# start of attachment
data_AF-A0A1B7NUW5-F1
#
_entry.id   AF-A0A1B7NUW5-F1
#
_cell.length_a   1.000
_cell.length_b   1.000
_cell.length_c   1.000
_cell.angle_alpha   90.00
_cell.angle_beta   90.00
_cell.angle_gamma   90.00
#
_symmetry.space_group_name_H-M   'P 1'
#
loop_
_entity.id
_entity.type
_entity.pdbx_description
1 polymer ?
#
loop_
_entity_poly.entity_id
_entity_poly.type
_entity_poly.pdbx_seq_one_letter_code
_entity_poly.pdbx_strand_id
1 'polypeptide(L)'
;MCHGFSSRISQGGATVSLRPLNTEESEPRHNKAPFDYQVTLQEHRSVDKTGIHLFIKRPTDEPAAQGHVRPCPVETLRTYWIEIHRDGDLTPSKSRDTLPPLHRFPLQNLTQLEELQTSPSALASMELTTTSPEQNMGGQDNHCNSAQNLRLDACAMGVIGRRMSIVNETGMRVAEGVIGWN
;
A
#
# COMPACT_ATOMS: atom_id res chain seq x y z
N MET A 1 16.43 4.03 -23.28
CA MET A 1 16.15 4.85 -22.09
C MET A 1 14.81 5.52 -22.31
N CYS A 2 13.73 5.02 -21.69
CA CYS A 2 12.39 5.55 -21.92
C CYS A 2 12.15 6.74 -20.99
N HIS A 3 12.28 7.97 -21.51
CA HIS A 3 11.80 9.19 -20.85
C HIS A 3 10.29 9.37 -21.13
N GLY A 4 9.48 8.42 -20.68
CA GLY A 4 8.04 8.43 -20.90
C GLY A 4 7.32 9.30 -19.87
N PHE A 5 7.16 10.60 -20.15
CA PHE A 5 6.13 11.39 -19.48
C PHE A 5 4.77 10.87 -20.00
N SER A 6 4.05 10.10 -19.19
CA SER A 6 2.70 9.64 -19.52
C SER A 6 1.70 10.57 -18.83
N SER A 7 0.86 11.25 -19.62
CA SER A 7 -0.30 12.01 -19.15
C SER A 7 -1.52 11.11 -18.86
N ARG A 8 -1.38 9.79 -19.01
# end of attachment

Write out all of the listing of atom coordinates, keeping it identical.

data_AF-A0A1B7NUW5-F1
#
_entry.id   AF-A0A1B7NUW5-F1
#
_cell.length_a   1.000
_cell.length_b   1.000
_cell.length_c   1.000
_cell.angle_alpha   90.00
_cell.angle_beta   90.00
_cell.angle_gamma   90.00
#
_symmetry.space_group_name_H-M   'P 1'
#
loop_
_entity.id
_entity.type
_entity.pdbx_description
1 polymer ?
#
loop_
_entity_poly.entity_id
_entity_poly.type
_entity_poly.pdbx_seq_one_letter_code
_entity_poly.pdbx_strand_id
1 'polypeptide(L)'
;MCHGFSSRISQGGATVSLRPLNTEESEPRHNKAPFDYQVTLQEHRSVDKTGIHLFIKRPTDEPAAQGHVRPCPVETLRTYWIEIHRDGDLTPSKSRDTLPPLHRFPLQNLTQLEELQTSPSALASMELTTTSPEQNMGGQDNHCNSAQNLRLDACAMGVIGRRMSIVNETGMRVAEGVIGWN
;
A
#
# COMPACT_ATOMS: atom_id res chain seq x y z
N MET A 1 16.43 4.03 -23.28
CA MET A 1 16.15 4.85 -22.09
C MET A 1 14.81 5.52 -22.31
N CYS A 2 13.73 5.02 -21.69
CA CYS A 2 12.39 5.55 -21.92
C CYS A 2 12.15 6.74 -20.99
N HIS A 3 12.28 7.97 -21.51
CA HIS A 3 11.80 9.19 -20.85
C HIS A 3 10.29 9.37 -21.13
N GLY A 4 9.48 8.42 -20.68
CA GLY A 4 8.04 8.43 -20.90
C GLY A 4 7.32 9.30 -19.87
N PHE A 5 7.16 10.60 -20.15
CA PHE A 5 6.13 11.39 -19.48
C PHE A 5 4.77 10.87 -20.00
N SER A 6 4.05 10.10 -19.19
CA SER A 6 2.70 9.64 -19.52
C SER A 6 1.70 10.57 -18.83
N SER A 7 0.86 11.25 -19.62
CA SER A 7 -0.30 12.01 -19.15
C SER A 7 -1.52 11.11 -18.86
N ARG A 8 -1.38 9.79 -19.01